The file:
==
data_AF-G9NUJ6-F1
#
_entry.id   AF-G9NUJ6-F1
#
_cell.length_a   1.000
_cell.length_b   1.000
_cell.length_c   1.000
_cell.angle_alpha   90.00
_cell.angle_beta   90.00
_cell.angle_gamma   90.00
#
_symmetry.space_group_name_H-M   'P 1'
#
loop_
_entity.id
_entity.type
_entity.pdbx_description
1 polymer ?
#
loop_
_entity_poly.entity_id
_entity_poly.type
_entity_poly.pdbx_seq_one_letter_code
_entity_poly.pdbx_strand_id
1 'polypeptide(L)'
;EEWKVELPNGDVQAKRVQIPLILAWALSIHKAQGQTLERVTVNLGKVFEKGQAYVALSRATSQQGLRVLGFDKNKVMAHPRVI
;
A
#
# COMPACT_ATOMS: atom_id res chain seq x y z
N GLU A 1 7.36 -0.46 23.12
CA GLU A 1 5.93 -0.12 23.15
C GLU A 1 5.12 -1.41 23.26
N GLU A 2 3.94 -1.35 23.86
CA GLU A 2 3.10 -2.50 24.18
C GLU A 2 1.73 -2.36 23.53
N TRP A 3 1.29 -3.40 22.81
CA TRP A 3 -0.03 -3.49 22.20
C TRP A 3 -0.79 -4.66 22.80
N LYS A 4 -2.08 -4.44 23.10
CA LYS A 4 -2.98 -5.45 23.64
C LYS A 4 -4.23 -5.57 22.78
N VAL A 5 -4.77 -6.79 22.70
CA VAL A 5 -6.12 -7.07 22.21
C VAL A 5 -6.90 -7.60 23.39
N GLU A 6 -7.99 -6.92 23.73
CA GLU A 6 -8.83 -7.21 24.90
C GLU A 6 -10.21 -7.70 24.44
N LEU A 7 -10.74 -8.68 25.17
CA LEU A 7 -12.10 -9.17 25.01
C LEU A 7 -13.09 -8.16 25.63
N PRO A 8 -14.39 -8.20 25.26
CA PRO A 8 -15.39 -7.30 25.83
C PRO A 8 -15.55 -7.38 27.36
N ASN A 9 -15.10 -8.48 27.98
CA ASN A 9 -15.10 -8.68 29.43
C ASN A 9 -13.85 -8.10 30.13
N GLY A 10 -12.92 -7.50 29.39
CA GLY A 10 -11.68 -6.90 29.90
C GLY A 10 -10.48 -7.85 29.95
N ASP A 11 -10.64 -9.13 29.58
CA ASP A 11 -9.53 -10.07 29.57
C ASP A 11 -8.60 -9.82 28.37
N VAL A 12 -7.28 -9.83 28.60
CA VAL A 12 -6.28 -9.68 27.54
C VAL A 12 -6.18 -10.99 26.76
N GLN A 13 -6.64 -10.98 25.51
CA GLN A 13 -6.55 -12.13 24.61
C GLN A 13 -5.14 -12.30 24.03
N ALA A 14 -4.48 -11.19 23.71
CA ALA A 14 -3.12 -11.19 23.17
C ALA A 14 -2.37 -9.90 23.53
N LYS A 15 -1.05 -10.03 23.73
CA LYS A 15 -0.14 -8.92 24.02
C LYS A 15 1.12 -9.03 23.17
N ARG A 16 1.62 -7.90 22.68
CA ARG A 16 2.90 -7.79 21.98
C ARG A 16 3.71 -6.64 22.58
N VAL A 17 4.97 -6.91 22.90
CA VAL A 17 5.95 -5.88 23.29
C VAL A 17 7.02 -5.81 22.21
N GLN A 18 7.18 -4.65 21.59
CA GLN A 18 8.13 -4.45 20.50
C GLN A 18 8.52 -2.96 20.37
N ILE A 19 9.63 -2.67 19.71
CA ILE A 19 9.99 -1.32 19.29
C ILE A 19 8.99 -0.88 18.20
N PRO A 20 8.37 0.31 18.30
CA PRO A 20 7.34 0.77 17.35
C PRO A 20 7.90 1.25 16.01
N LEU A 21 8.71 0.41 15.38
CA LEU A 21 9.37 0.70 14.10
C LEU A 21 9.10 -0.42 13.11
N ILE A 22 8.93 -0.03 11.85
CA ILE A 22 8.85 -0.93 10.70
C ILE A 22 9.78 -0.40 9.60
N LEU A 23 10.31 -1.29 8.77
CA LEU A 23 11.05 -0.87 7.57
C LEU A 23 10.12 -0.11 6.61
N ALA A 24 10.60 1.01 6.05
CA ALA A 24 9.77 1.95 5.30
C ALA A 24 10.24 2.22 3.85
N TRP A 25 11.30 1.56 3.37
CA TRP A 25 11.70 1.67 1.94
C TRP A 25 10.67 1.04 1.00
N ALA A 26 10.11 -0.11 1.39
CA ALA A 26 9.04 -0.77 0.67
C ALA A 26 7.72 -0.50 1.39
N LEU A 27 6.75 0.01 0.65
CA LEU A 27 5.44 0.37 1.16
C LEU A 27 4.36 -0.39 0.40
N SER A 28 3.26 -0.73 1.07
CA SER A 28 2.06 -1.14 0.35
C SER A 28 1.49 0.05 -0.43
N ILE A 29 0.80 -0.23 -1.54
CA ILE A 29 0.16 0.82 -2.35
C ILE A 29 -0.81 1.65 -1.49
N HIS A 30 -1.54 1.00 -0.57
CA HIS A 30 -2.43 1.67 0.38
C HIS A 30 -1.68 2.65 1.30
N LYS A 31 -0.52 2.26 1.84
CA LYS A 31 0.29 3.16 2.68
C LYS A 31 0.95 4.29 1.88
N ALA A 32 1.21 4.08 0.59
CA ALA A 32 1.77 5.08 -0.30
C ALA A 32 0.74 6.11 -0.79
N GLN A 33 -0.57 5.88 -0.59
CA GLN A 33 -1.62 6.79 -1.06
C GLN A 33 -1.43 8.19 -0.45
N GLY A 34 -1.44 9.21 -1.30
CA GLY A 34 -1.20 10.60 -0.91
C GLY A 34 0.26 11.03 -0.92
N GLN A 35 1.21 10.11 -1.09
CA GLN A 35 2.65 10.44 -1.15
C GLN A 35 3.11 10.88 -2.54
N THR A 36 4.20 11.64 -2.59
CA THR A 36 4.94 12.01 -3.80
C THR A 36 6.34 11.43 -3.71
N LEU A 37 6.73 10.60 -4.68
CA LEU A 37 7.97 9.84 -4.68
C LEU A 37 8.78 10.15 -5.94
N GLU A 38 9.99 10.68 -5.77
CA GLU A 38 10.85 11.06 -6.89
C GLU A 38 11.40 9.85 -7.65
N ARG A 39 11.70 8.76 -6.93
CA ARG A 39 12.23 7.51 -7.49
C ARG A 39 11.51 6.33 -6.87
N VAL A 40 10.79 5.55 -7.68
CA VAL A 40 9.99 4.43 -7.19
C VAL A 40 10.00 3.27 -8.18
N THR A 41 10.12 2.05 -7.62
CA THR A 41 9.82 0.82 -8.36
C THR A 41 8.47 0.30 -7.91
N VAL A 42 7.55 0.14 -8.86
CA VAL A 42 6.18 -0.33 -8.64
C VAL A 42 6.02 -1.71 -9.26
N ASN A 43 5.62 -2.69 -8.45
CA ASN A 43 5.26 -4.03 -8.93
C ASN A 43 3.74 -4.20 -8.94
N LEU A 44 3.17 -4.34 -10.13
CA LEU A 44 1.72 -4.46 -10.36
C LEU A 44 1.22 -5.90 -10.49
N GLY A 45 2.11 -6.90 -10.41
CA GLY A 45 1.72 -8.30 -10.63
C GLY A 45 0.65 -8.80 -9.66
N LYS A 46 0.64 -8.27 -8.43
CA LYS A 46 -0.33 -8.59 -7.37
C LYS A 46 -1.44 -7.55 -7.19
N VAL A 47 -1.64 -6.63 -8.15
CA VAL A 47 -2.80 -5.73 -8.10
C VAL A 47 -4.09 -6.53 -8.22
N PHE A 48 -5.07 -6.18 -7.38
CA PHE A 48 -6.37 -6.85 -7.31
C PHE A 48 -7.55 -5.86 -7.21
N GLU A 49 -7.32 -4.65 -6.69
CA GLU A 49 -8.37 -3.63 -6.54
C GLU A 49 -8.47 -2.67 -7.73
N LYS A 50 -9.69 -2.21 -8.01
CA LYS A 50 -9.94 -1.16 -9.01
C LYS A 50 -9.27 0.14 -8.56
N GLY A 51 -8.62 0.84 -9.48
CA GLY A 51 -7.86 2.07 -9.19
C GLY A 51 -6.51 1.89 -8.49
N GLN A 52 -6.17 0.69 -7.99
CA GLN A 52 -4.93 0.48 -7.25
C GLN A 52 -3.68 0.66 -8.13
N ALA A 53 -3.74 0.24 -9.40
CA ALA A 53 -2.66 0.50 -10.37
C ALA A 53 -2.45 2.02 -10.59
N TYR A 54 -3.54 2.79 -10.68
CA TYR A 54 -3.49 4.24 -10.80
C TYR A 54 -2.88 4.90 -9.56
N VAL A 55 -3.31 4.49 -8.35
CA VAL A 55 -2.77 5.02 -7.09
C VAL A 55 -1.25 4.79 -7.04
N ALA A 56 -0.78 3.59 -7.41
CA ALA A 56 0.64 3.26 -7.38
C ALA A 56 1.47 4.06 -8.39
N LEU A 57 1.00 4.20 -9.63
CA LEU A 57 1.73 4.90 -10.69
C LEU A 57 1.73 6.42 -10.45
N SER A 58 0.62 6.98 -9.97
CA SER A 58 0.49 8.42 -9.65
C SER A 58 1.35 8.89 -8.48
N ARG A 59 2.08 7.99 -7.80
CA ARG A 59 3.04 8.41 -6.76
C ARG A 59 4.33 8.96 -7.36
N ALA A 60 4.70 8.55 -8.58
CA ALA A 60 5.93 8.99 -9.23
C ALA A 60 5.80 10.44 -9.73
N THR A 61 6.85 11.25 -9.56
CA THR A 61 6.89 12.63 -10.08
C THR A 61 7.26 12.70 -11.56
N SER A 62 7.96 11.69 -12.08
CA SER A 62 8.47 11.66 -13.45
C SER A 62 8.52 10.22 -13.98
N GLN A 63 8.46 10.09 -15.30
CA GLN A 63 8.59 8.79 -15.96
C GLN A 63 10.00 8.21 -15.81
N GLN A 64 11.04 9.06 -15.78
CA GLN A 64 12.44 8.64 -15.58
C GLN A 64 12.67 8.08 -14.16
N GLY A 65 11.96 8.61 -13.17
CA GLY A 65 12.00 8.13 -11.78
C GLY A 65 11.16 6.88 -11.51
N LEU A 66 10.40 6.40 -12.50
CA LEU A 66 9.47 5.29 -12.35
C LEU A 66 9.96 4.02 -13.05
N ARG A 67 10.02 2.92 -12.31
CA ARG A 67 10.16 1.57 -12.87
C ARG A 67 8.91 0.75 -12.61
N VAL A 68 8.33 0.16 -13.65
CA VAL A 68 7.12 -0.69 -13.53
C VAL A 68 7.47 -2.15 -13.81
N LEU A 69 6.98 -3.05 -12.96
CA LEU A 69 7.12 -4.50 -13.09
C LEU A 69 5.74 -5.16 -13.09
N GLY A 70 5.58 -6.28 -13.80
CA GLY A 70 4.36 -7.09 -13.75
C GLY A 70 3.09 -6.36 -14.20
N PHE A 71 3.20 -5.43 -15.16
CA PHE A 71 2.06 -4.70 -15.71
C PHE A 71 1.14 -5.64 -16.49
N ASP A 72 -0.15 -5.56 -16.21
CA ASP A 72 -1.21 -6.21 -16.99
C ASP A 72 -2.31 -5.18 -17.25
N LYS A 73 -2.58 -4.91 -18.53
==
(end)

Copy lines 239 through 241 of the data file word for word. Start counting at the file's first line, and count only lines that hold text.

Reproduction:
CA GLY A 70 4.36 -7.09 -13.75
C GLY A 70 3.09 -6.36 -14.20
N PHE A 71 3.20 -5.43 -15.16